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For instance, If i have a model that can accurately forecast 3s ahead, would the trading logic be rather trivial? I have fit a series of distributions to L2 data and believe I have a fairly good grasp as to what will happen in a few seconds. Now I am at the stage where I have to design some logic in order to get trades into the market. I am working on both passive and aggressive strat, as I have generated signals for both.

Just wanted to know if that if the better the model, then you can get away with having a more basic trading logic.

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closed as unclear what you're asking by LocalVolatility, skoestlmeier, byouness, noob2, Bob Jansen Jan 8 at 18:07

Please clarify your specific problem or add additional details to highlight exactly what you need. As it's currently written, it’s hard to tell exactly what you're asking. See the How to Ask page for help clarifying this question. If this question can be reworded to fit the rules in the help center, please edit the question.

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    $\begingroup$ Your question isn't well-formed. Since there is a bid-ask spread, all of us generally know the price of the next trade as it will be public for small orders. What makes it "optimal"? Optimality depends entirely on the standard being used and the axioms on which it is built. An optimal solution under quadratic loss won't be under all-or-nothing loss, generally. A solution that is Bayesian will not match one that is Frequentist, generally. Please expand your question so we can know what you are really trying to ask. $\endgroup$ – Dave Harris Jan 8 at 17:00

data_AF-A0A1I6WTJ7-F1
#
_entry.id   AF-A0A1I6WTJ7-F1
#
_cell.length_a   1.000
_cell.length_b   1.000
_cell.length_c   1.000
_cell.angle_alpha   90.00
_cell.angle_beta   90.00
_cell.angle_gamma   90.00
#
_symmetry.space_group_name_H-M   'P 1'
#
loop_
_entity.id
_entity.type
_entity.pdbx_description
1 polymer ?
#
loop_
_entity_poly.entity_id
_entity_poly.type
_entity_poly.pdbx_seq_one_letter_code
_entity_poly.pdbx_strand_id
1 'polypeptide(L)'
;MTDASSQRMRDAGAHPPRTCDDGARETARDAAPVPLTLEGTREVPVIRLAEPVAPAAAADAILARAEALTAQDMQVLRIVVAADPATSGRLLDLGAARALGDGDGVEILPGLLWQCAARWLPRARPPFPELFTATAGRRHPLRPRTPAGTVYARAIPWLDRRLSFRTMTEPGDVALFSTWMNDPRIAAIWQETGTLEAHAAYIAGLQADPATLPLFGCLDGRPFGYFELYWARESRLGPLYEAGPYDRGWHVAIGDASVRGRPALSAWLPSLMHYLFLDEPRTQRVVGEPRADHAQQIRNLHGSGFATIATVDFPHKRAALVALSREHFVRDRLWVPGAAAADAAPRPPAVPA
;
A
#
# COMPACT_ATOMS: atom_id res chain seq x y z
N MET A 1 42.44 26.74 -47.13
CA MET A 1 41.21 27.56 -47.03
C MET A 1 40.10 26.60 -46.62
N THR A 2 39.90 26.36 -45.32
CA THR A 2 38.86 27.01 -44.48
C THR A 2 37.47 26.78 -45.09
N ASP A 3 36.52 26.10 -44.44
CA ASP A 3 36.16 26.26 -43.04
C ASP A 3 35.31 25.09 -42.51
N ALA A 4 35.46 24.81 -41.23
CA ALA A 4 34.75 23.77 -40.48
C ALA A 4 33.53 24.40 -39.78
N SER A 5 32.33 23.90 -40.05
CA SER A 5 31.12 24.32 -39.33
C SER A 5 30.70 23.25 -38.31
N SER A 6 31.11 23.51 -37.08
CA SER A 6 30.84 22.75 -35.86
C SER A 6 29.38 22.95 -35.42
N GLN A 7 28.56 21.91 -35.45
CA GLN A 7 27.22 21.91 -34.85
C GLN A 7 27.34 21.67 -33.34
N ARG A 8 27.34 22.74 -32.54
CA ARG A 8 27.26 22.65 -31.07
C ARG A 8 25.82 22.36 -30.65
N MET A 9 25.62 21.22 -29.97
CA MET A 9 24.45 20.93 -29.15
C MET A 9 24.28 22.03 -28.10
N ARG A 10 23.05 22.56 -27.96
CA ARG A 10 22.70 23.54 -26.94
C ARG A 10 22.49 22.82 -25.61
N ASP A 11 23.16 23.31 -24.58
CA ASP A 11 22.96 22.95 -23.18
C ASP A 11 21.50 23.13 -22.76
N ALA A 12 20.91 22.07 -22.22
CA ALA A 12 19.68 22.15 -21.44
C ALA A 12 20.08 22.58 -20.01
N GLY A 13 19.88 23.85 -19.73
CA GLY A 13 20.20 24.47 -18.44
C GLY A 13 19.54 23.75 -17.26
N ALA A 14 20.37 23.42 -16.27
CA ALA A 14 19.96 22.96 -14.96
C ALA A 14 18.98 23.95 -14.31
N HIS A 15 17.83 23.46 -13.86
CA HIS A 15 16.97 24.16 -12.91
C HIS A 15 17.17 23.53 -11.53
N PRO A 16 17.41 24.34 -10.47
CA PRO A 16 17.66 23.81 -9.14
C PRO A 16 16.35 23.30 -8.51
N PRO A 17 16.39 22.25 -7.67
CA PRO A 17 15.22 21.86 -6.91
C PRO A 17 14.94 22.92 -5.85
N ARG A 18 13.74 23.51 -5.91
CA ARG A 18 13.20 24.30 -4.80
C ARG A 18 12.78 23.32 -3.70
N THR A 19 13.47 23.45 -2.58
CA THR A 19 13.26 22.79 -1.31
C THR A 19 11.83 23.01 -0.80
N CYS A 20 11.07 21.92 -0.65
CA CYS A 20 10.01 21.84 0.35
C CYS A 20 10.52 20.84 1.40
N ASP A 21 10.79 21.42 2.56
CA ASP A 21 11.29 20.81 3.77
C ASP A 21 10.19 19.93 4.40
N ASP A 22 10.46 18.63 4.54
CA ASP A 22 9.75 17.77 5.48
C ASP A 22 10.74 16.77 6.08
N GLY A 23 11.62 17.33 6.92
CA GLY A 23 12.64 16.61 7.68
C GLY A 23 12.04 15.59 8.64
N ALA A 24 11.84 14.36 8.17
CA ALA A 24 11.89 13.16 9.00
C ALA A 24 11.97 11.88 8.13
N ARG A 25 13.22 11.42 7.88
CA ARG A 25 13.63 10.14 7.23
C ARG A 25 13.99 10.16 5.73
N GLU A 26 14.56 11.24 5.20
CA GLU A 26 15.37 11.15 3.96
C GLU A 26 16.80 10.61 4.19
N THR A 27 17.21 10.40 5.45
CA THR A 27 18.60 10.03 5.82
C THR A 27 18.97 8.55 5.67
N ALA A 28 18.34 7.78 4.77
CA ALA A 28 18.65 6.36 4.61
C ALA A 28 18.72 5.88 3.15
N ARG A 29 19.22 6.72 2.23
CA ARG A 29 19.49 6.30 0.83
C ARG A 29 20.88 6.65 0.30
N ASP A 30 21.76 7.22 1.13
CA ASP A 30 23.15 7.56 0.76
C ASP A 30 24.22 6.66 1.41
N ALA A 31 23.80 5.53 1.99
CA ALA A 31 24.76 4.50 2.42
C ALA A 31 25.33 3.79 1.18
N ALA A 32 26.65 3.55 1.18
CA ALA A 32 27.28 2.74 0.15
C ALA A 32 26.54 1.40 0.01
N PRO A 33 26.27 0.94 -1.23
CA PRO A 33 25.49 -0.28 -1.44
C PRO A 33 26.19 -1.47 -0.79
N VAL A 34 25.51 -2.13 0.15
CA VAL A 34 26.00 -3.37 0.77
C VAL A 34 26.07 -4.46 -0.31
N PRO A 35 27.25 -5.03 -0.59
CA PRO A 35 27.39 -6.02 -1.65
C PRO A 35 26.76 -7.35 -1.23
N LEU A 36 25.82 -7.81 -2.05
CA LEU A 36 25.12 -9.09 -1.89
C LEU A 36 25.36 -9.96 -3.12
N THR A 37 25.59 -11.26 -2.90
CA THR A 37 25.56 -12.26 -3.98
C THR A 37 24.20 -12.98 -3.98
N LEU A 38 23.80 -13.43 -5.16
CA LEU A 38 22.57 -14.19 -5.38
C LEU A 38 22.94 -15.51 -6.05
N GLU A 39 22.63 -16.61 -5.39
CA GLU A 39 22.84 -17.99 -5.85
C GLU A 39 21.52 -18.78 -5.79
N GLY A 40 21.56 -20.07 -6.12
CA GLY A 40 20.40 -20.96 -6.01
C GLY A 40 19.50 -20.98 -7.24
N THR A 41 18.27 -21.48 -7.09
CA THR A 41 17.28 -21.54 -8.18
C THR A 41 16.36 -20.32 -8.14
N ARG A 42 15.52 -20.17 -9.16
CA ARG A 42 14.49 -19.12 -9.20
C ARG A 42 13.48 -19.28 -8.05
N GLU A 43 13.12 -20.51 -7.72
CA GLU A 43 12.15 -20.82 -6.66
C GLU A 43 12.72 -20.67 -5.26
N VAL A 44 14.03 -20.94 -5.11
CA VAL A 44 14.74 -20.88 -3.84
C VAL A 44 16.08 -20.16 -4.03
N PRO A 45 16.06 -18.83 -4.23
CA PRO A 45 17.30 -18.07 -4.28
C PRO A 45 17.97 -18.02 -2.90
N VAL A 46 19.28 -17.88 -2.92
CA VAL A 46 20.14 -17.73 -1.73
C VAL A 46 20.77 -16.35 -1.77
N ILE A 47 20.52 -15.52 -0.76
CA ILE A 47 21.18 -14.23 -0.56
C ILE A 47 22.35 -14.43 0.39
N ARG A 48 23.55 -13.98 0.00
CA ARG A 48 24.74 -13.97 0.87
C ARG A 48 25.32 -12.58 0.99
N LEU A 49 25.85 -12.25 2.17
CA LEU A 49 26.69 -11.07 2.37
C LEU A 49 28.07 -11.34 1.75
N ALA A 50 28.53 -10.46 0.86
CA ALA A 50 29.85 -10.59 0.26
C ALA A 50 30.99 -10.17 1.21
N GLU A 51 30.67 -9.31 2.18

• $\begingroup$ I somewhat intentionally left it unclear, but I will shed some colour on what I am asking. I have constructed a model that is able to accurately forecast a few seconds ahead using L2 data, for which I have fit a series of distributions. I am now in the position of designing the trading logic, and just wanted to know how important the trading logic is conditioned on the fact that we have a 'forecast' of a few seconds with reasonable accuracy. $\endgroup$ – koon93 Jan 9 at 2:36
  • $\begingroup$ You are not considering how the system would change once you placed orders. $\endgroup$ – Dave Harris Jan 9 at 5:11
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In my experience and good signal is only part of the problem you are solving. Good software engineering, good trading logic, good error handling and good economic reasoning all play important roles as well.

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Sorry for the trivial answer but first of all saying that you have a “good 3s signal” is not even a well defined statement, so i let you reassess your prior on the “triviality” of the monetization :)

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